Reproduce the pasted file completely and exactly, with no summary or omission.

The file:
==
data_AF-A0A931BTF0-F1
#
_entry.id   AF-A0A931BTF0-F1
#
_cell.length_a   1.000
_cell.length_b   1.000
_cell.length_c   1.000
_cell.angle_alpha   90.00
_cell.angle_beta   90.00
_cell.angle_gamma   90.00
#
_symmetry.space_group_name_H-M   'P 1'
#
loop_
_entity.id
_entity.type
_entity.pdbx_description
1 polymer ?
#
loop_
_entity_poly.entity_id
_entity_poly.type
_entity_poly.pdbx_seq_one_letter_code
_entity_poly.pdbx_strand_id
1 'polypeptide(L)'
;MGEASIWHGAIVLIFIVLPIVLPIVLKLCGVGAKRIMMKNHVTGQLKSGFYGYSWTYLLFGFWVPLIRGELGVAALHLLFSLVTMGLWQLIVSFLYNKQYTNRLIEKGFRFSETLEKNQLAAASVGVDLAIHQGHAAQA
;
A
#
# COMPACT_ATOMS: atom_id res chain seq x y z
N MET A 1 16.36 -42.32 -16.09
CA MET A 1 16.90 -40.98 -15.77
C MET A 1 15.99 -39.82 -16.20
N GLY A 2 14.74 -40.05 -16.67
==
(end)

data_AF-A0A931BTF0-F1
#
_entry.id   AF-A0A931BTF0-F1
#
_cell.length_a   1.000
_cell.length_b   1.000
_cell.length_c   1.000
_cell.angle_alpha   90.00
_cell.angle_beta   90.00
_cell.angle_gamma   90.00
#
_symmetry.space_group_name_H-M   'P 1'
#
loop_
_entity.id
_entity.type
_entity.pdbx_description
1 polymer ?
#
loop_
_entity_poly.entity_id
_entity_poly.type
_entity_poly.pdbx_seq_one_letter_code
_entity_poly.pdbx_strand_id
1 'polypeptide(L)'
;MGEASIWHGAIVLIFIVLPIVLPIVLKLCGVGAKRIMMKNHVTGQLKSGFYGYSWTYLLFGFWVPLIRGELGVAALHLLFSLVTMGLWQLIVSFLYNKQYTNRLIEKGFRFSETLEKNQLAAASVGVDLAIHQGHAAQA
;
A
#
# COMPACT_ATOMS: atom_id res chain seq x y z
N MET A 1 16.36 -42.32 -16.09
CA MET A 1 16.90 -40.98 -15.77
C MET A 1 15.99 -39.82 -16.20
N GLY A 2 14.74 -40.05 -16.67